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Emoticons Personalize Customer Service

Emoticons Personalize Customer Service

Customer service agents who use emoticons in their online responses to customers were given higher scores and considered more personal than those who did not, according to a new Pennsylvania State study in which participants rated different types of customer service.

While emoticons may seem too casual or silly to be used in formal communications, the findings show that they can, in fact, play an important role in professional and business communications, say the researchers. Representatives who used emoticons were even seen as more personal than those who displayed a profile picture along with their responses.

“The emoticon is even more powerful than the picture, though classic research would say that the richer the modality — for instance, pictures and videos — the higher the social presence,” said S. Shyam Sundar, Distinguished Professor of Communications and co-director of the Media Effects Research Laboratory, who worked with Eun Kyung Park, a researcher at Sungkyunkwan University in South Korea.

“But the fact that the emoticon came within the message and that this person is conveying some type of emotion to customers makes customers feel like the agent has an emotional presence.”

Customers prefer customer service agents who can demonstrate their empathy over agents who do not, said Park.

“Emoticons can be effective vehicles for expression of empathy in customer relations, especially in the mobile ecommerce context,” Park said.

Also, agents who responded more quickly to customers during the chat were rated more positively than those who did not. This quick, back-and-forth type of conversation, makes customers feel more like they are taking part in a real conversation.

“When people are instant messaging, for example, and the messages are flying back and forth, so that one person sends a message and the other person immediately responds, it feels like they are in the same place,” said Sundar. “That can create the feeling of social presence.”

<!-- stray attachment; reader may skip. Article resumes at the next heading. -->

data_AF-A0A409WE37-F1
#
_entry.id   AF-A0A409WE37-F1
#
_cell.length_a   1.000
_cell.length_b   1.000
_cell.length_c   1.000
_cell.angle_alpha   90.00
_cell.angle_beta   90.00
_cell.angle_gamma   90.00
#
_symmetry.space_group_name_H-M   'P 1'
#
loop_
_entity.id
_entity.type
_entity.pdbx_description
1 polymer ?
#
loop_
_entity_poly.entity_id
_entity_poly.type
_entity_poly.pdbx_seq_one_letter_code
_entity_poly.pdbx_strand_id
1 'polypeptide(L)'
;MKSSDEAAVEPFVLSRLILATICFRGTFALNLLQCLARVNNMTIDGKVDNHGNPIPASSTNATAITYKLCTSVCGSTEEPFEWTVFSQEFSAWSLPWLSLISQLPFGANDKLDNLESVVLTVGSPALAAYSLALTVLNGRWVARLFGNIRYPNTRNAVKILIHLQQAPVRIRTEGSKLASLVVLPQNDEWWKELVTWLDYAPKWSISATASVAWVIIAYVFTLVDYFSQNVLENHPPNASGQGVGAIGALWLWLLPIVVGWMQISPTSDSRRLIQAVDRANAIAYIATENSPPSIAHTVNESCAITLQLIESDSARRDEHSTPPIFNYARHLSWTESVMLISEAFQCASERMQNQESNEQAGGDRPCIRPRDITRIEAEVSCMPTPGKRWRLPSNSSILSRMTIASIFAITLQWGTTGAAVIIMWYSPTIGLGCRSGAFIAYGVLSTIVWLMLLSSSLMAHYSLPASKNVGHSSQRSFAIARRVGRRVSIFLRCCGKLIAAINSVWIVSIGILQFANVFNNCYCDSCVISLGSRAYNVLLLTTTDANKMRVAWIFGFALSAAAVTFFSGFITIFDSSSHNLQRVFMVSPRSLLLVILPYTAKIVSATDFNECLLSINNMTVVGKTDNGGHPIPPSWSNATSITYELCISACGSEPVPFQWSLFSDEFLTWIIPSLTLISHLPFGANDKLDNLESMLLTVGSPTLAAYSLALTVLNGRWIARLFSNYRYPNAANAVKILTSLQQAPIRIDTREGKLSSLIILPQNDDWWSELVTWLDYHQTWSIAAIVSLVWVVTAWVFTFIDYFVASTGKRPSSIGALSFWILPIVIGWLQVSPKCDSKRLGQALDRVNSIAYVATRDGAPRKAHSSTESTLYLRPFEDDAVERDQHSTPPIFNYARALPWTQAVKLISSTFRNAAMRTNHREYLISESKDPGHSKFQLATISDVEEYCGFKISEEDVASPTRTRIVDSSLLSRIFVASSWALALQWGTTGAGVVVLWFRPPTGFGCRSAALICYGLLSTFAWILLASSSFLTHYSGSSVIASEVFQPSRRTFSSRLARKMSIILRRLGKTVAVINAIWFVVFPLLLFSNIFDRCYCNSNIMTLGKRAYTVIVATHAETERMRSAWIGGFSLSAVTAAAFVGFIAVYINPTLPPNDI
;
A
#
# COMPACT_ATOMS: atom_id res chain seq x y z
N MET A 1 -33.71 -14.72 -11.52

Responsiveness is especially important when businesses deal with customer complaints, noted Park.

“Feelings of co-presence, constructed by the agent’s promptness, might lead customers to be loyal to the company by creating a favorable service experience,” Park added.

The two tactics that improved customer ratings — emoticons and responsiveness — took different routes to achieve those results, said Sundar. The emoticons made customers feel emotionally connected to the agent, but the quick conversations gave customers a feeling of being together in a physical sense.

“To have a meaningful conversation we often need to be in the same place at the same time, however, in a mediated environment, when you’re distant and not in the same place as the person you are communicating with, it’s hard to create that feeling of togetherness,” said Sundar.

“What this shows is that if a conversation can’t happen in the same place, at least it can happen at the same time, which leads to positive evaluations.”

Because online messaging and texting are relatively inexpensive, businesses are promoting these technologies as ways to process customer queries and complaints.

“Face-to-face communication would be ideal. Unfortunately that isn’t feasible for most companies,” said Sundar. “But perhaps there are creative ways that these companies can offer some benefits of face-to-face conversations in an online environment, such as by using emoticons and instant messaging.”

The findings are published in the journal Computers in Human Behavior.

Source: Penn State


Emoticons Personalize Customer Service

Traci Pedersen

Traci Pedersen is a professional writer with over a decade of experience. Her work consists of writing for both print and online publishers in a variety of genres including science chapter books, college and career articles, and elementary school curriculum.

APA Reference
Pedersen, T. (2018). Emoticons Personalize Customer Service. Psych Central. Retrieved on September 26, 2020, from
Scientifically Reviewed
Last updated: 8 Aug 2018 (Originally: 24 May 2015)
Last reviewed: By a member of our scientific advisory board on 8 Aug 2018
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